Foxgloves thrive in dappled shade at the back of the garden, their tall spires looking striking against the dark fence in summer. Elegant japanese anemones follow, flowering from august well into autumn, lighting up shady spots as the days shorten. Shade-loving geraniums provide a delicate display of flowers as they colonise the ground beneath trees. Attractive g. Phaeum has dark markings on the foliage matching the dramatic flowers.
The bold forms of dicksonia antarctica tree ferns add an architectural element to this naturalistic planting scheme, their shape echoed by native evergreen polystichum setiferum, the soft shield fern.
Woodland gardens have a relaxed and natural look and, as a bonus, many of these carefree plants are low maintenance too. Keep the area mulched to retain moisture and reduce weed growth; the only other tending your garden should need is occasional pruning as required.
1. Make fences disappear Painted black, property boundaries seem to disappear into the background, making a small garden seem larger and less boxy. Black is an excellent colour to help fence panels (and sheds) recede.
2. Layer your plants Layered planting allows you to include more plants in your borders without the garden looking cramped. Start with small trees at the back, then plant a layer of shrubs around and in front of them, then add perennials and bulbs around the shrubs.
3. Screen the most exposed spots Plant a tall, dense evergreen such as this holly tree to hide neighbour windows and provide year-round screening.
4. Create year-round interest Choose a mix of evergreen and deciduous trees and shrubs with good autumn colour, berries and bark for winter interest. Include topiary specimens for shape and add flowering plants to provide seasonal colour accents.
5. Build an outdoor firepit Enjoy the garden on cooler days with a firepit. Store firewood under a fireproof concrete bench.
6. Incorporate organic matter Soil beneath trees can dry out, so add lots of well-rotted organic matter such as leafmould when planting, and mulch generously in spring.
7. Add a focal point Choose an eye-catching specimen tree such as Acer palmatum ‘Sango-kaku’ for its autumn colour and winter bark. Here it’s planted with Polystichum setiferum ferns.
8. Choose shade lovers Look to nature when selecting plants for a shady corner of the garden. Woodland plants offer both attractive foliage and flowers that can brighten even the darkest corner – especially when you choose a variegated form, or white flowers that glow in the gloom.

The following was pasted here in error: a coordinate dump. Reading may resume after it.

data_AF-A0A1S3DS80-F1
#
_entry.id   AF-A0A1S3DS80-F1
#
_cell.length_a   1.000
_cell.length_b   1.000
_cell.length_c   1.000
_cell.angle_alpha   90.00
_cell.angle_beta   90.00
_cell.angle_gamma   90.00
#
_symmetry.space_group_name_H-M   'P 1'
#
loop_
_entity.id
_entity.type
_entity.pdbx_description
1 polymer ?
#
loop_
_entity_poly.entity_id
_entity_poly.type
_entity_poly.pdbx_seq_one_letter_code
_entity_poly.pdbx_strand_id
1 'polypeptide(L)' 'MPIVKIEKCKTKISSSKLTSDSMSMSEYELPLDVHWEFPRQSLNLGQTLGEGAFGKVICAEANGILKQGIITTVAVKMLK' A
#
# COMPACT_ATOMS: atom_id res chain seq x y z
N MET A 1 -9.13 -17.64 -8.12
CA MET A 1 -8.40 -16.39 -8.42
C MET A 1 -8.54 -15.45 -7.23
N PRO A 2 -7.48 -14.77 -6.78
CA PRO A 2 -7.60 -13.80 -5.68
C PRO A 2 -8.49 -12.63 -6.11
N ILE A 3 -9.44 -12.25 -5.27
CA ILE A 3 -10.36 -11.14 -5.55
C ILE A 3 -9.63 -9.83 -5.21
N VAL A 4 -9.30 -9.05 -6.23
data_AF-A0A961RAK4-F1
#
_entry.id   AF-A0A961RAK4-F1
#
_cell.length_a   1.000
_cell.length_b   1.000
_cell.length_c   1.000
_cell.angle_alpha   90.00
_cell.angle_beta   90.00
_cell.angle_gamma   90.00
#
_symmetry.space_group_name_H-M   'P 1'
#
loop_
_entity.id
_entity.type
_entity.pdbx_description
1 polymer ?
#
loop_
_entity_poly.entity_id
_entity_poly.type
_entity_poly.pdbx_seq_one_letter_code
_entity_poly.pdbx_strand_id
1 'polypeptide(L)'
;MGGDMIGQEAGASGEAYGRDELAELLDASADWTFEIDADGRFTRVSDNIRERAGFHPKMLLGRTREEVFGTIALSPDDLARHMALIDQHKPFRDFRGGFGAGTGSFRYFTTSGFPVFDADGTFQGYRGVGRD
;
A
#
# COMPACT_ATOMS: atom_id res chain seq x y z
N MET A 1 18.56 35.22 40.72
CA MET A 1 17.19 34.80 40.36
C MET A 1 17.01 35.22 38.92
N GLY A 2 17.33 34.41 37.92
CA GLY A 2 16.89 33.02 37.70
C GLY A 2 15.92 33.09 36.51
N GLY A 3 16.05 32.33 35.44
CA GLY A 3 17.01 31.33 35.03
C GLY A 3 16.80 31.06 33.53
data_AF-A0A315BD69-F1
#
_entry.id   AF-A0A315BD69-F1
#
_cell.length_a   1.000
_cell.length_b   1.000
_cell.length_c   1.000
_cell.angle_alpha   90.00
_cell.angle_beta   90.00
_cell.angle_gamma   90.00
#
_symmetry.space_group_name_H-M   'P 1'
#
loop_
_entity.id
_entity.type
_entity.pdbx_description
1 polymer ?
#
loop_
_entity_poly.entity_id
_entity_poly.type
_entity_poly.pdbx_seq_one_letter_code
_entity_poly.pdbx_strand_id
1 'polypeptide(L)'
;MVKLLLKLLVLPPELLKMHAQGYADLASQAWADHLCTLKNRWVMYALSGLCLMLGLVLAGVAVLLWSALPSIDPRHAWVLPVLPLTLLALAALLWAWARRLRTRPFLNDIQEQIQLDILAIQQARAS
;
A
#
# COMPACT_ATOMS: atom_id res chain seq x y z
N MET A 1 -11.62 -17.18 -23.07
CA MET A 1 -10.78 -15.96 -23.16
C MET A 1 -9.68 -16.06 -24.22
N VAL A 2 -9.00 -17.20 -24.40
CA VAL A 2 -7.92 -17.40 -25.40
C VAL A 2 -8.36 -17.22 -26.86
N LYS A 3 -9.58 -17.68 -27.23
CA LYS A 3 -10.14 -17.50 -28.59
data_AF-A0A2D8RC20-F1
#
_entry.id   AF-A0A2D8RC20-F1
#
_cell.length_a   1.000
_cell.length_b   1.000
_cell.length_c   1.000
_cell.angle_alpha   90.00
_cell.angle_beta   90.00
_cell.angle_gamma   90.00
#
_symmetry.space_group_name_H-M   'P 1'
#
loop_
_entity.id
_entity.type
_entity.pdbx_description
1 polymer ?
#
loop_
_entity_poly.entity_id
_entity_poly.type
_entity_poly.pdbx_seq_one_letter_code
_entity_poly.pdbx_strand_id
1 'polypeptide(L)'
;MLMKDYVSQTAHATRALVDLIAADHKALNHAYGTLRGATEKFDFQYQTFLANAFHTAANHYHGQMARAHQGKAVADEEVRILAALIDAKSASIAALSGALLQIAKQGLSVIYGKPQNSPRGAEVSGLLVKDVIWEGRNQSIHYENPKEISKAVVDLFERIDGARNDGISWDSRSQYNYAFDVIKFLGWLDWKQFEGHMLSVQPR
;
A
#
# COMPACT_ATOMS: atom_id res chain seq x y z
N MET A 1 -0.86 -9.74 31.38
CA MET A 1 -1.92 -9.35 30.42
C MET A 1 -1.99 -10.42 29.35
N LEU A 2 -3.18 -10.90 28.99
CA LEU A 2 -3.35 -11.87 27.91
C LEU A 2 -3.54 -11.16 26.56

9. Provide a foil for plants Bright gold, lush green and silvery white foliage looks even more vibrant when set against black fence panels.
10. Naturalise bulbs Brighten up a woodland garden by naturalising spring and autumn bulbs in the lawn and planting them under deciduous trees and shrubs. When planting, go for a natural drift or make a shapely swirl or circle in the lawn.
11. Orientate the garden at 45deg In very short or narrow sites, a 45-degree orientation takes the emphasis away from the closeness of the boundaries and can make a garden seem longer than it really is. This garden feels screened and protected, but not boxed in.
Formal geometry can bring order to a front garden, says Louisa Gilhooly
SIMPLE AND classic, the formal garden never goes out of fashion. Its clean lines and smart geometry hark back to the 16th-century Italian Renaissance, and the grand parterres of famous French chateaux such as those at Villandry and Versailles. Yet despite these historic beginnings, the formal style is surprisingly well-suited to modern gardens, where the same basic principles of balance, symmetry, straight lines and geometric shapes tend to be more pared back. If you’re a fan of minimalism, this style is for you!
A dreary front garden is the perfect place to start. Touches of formality can be introduced on a very small scale – a simple pair of box spirals in ornate urns, either side of the front door, creates the formal look in an instant. What’s more, the orderly layout is easy to navigate, so visitors are directed straight to the front door.
Formal gardens often have an emphasis on imposing order over nature, using a combination of geometric shapes – rectangles, circles or squares – and straight lines. Beds, borders, layouts and views can be symmetrical or asymmetrical, but must always feel balanced. (Even awkward-shaped plots can have some formality applied, as shown here.)
The strength of this style lies in the underlying framework, usually in the form of hedging, walls and paths, softened by flowers and foliage. By using lines taken directly from the house (such as aligning a path with the front door) harmony is created between house and garden.